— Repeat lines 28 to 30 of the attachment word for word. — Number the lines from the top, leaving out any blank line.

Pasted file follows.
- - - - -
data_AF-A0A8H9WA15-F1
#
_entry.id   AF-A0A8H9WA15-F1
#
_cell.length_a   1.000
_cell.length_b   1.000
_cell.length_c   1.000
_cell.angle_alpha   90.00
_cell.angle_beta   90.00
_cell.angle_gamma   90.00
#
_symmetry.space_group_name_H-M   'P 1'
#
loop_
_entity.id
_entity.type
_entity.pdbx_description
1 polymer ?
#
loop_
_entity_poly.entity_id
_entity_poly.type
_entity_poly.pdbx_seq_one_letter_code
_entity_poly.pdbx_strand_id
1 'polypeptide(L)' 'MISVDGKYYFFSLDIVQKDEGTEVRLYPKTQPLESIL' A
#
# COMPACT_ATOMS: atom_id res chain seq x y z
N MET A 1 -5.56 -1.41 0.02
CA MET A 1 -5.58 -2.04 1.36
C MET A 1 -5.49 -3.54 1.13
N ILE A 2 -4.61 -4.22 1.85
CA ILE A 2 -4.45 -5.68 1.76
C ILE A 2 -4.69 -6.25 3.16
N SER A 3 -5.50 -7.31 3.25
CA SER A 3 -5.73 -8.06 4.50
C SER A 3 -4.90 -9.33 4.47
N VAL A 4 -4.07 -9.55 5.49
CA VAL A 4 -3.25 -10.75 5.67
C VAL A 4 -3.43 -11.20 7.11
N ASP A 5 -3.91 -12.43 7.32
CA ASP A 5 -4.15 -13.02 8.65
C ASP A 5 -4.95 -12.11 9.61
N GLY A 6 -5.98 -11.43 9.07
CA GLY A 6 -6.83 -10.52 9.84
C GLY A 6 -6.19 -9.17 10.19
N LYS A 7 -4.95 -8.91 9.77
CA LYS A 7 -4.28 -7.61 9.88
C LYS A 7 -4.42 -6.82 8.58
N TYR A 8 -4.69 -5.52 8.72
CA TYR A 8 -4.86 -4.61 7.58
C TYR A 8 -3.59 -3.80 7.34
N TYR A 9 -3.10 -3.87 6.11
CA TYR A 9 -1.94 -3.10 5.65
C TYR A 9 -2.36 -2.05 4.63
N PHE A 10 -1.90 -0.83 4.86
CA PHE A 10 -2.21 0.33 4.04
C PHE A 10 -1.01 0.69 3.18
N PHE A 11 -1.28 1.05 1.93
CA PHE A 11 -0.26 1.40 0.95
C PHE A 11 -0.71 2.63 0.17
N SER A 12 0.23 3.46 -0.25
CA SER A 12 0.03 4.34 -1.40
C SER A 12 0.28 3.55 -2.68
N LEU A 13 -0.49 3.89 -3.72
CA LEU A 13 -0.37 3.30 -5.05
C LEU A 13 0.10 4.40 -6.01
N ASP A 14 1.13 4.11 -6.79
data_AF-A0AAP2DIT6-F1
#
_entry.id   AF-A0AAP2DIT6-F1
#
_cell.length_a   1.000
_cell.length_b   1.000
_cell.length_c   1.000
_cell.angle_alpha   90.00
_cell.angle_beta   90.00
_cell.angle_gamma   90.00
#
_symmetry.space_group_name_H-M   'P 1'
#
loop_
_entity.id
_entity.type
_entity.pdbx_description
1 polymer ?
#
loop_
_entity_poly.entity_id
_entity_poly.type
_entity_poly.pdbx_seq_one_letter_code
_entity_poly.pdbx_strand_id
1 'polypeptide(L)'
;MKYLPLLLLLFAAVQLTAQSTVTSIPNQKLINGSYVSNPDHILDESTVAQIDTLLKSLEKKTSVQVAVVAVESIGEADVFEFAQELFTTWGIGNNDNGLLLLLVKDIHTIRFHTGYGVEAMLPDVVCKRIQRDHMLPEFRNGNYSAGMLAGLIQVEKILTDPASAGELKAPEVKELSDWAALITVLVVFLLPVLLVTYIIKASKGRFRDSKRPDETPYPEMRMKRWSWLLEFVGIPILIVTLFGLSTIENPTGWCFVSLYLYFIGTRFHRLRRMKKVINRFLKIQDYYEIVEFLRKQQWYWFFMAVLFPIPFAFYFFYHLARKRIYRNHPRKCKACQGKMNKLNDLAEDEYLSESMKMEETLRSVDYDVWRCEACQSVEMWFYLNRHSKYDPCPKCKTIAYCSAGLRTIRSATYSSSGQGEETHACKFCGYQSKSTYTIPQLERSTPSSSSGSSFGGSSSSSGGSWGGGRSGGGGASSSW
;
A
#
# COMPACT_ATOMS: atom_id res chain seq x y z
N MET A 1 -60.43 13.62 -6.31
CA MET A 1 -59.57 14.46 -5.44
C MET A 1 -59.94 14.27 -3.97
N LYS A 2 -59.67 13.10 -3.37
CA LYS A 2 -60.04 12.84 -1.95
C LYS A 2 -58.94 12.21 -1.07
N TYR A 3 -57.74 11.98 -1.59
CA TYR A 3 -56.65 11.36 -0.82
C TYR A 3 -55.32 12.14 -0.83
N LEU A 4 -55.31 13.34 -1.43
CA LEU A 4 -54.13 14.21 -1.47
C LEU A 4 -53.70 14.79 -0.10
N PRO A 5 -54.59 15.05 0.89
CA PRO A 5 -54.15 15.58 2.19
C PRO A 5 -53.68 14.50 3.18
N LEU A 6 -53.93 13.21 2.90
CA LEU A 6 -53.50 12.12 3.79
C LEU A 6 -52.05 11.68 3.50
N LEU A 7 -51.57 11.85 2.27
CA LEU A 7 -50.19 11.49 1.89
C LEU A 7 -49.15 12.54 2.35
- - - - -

N MET A 1 -5.56 -1.41 0.02
CA MET A 1 -5.58 -2.04 1.36
C MET A 1 -5.49 -3.54 1.13